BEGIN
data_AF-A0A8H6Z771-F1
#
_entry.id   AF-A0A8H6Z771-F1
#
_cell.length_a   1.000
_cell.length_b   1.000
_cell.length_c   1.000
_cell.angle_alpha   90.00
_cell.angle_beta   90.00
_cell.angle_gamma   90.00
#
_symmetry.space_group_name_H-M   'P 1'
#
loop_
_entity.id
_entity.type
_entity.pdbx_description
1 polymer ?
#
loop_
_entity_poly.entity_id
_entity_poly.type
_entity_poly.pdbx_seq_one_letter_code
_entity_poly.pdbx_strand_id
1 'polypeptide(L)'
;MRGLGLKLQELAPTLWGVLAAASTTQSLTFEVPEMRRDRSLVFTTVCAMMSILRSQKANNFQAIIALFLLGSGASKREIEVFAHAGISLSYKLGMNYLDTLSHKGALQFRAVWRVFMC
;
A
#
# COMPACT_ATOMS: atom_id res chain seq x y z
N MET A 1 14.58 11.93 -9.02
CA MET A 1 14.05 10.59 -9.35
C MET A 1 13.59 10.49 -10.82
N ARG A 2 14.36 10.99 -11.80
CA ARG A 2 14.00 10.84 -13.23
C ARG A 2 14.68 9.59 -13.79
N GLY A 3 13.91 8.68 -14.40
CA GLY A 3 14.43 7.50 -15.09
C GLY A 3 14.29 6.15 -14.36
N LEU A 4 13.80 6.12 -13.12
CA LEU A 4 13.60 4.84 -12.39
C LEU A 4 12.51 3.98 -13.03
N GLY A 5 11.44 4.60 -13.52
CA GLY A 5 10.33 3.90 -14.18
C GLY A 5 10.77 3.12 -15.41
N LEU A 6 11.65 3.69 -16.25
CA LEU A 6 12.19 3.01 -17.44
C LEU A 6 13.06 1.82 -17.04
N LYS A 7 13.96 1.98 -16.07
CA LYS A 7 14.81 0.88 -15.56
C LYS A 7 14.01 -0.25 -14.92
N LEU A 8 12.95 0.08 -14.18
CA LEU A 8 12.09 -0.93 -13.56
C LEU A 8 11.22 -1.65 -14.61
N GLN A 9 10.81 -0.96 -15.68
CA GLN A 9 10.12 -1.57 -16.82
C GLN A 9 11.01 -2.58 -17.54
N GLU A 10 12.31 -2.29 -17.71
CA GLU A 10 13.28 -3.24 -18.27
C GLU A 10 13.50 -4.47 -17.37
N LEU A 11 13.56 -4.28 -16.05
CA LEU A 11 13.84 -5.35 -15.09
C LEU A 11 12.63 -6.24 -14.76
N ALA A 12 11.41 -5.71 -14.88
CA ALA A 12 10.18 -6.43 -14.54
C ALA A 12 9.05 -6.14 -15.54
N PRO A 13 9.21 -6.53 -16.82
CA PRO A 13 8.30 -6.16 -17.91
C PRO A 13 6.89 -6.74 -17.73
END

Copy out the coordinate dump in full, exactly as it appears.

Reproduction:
data_AF-A0A8H6Z771-F1
#
_entry.id   AF-A0A8H6Z771-F1
#
_cell.length_a   1.000
_cell.length_b   1.000
_cell.length_c   1.000
_cell.angle_alpha   90.00
_cell.angle_beta   90.00
_cell.angle_gamma   90.00
#
_symmetry.space_group_name_H-M   'P 1'
#
loop_
_entity.id
_entity.type
_entity.pdbx_description
1 polymer ?
#
loop_
_entity_poly.entity_id
_entity_poly.type
_entity_poly.pdbx_seq_one_letter_code
_entity_poly.pdbx_strand_id
1 'polypeptide(L)'
;MRGLGLKLQELAPTLWGVLAAASTTQSLTFEVPEMRRDRSLVFTTVCAMMSILRSQKANNFQAIIALFLLGSGASKREIEVFAHAGISLSYKLGMNYLDTLSHKGALQFRAVWRVFMC
;
A
#
# COMPACT_ATOMS: atom_id res chain seq x y z
N MET A 1 14.58 11.93 -9.02
CA MET A 1 14.05 10.59 -9.35
C MET A 1 13.59 10.49 -10.82
N ARG A 2 14.36 10.99 -11.80
CA ARG A 2 14.00 10.84 -13.23
C ARG A 2 14.68 9.59 -13.79
N GLY A 3 13.91 8.68 -14.40
CA GLY A 3 14.43 7.50 -15.09
C GLY A 3 14.29 6.15 -14.36
N LEU A 4 13.80 6.12 -13.12
CA LEU A 4 13.60 4.84 -12.39
C LEU A 4 12.51 3.98 -13.03
N GLY A 5 11.44 4.60 -13.52
CA GLY A 5 10.33 3.90 -14.18
C GLY A 5 10.77 3.12 -15.41
N LEU A 6 11.65 3.69 -16.25
CA LEU A 6 12.19 3.01 -17.44
C LEU A 6 13.06 1.82 -17.04
N LYS A 7 13.96 1.98 -16.07
CA LYS A 7 14.81 0.88 -15.56
C LYS A 7 14.01 -0.25 -14.92
N LEU A 8 12.95 0.08 -14.18
CA LEU A 8 12.09 -0.93 -13.56
C LEU A 8 11.22 -1.65 -14.61
N GLN A 9 10.81 -0.96 -15.68
CA GLN A 9 10.12 -1.57 -16.82
C GLN A 9 11.01 -2.58 -17.54
N GLU A 10 12.31 -2.29 -17.71
CA GLU A 10 13.28 -3.24 -18.27
C GLU A 10 13.50 -4.47 -17.37
N LEU A 11 13.56 -4.28 -16.05
CA LEU A 11 13.84 -5.35 -15.09
C LEU A 11 12.63 -6.24 -14.76
N ALA A 12 11.41 -5.71 -14.88
CA ALA A 12 10.18 -6.43 -14.54
C ALA A 12 9.05 -6.14 -15.54
N PRO A 13 9.21 -6.53 -16.82
CA PRO A 13 8.30 -6.16 -17.91
C PRO A 13 6.89 -6.74 -17.73